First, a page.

ESPN 100 recruits who defy positions 

October, 10, 2013
The subject of positions has become a hot topic of basketball at all levels, with the same questions being asked all the way from the NBA down to the youth levels.

Are traditional positions still relevant? What’s the best way to define the five players on the floor? Are positions even necessary?

[+] EnlargeMyles Turner
Courtesy of Kelly Kline/Under ArmourAt 6-foot-11, Myles Turner, who is the nation's No. 2 player, is athletic enough to not be defined as a traditional center.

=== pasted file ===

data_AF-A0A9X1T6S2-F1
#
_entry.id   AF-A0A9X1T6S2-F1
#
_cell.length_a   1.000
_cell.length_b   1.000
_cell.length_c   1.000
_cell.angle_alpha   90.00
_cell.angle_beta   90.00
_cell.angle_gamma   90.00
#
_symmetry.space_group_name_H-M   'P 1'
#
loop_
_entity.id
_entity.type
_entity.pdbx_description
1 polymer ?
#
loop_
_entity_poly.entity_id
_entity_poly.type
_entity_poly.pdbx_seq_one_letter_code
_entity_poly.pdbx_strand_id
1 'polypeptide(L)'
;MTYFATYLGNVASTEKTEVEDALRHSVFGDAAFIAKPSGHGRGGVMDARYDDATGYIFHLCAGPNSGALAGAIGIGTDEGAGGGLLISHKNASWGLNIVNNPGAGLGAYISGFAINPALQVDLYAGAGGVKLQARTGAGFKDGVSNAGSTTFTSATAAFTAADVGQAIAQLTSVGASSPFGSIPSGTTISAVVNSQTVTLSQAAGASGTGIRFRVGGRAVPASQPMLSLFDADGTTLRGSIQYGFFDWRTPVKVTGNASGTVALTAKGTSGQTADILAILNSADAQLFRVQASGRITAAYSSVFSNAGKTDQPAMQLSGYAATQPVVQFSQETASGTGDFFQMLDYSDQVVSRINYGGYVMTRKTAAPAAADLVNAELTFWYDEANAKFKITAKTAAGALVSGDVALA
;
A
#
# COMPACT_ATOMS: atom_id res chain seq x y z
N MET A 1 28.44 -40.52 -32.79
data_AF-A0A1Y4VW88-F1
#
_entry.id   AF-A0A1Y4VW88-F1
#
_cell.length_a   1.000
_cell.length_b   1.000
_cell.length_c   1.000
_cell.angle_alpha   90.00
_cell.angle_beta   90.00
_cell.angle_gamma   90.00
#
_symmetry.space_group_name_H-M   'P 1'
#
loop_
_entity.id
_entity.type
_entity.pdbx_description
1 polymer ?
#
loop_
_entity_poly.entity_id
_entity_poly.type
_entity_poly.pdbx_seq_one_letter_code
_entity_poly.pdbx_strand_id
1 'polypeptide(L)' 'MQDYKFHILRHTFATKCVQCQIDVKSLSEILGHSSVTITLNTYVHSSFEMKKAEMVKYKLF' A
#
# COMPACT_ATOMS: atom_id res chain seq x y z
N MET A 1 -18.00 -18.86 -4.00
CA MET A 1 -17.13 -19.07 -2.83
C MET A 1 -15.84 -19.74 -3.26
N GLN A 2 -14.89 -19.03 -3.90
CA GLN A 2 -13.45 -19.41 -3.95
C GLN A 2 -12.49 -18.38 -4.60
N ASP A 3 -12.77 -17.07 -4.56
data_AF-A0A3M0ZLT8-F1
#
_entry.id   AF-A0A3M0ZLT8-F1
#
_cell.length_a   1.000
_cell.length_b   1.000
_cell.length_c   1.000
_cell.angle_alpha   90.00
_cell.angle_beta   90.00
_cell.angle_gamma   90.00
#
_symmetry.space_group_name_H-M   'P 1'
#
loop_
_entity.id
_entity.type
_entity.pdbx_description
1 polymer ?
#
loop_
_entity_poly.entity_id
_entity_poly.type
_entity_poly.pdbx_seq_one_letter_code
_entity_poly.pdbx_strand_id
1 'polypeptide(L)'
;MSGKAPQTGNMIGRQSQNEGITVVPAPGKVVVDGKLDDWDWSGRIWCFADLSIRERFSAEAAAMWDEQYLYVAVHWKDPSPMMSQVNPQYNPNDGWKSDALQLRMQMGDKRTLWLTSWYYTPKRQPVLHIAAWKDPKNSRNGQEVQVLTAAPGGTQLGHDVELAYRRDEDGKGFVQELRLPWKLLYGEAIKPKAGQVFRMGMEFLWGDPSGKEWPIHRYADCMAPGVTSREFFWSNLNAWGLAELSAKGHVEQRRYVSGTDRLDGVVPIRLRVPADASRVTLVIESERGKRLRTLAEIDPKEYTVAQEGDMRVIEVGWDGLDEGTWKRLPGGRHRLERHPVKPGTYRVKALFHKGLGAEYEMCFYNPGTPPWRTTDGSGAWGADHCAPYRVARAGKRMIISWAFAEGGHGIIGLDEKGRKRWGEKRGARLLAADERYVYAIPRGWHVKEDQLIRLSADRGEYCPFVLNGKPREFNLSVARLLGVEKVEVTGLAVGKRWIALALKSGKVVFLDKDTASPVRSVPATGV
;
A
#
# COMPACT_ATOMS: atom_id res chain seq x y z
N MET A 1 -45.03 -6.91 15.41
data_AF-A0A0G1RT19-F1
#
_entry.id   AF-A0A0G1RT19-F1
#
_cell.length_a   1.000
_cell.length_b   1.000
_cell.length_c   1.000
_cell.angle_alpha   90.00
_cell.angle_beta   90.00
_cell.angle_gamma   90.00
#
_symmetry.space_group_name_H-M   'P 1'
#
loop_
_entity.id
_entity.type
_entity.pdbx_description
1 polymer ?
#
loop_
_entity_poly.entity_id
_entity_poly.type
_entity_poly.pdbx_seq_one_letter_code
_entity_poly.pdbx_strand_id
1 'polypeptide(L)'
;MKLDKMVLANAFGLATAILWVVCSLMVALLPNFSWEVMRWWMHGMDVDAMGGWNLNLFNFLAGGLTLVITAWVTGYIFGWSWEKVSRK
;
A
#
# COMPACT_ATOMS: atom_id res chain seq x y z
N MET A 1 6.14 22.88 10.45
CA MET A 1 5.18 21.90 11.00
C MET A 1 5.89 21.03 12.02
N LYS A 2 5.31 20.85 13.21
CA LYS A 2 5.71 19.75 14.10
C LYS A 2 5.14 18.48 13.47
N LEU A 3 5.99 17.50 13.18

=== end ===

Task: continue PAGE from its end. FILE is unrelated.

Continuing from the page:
Terms like center, power forward, small forward, shooting guard and point guard were used when most teams played with three perimeter players around two big men. The risk in using those labels now, when the game is spaced almost universally four around one, isn’t just that the terminology is incompatible with the product, but more importantly the heightened sensitivity of players to the perceptions and limitations caused by those labels. Big men don’t want to be called centers. Big forwards want to be called small forwards and each perimeter player out there thinks he can be a point guard.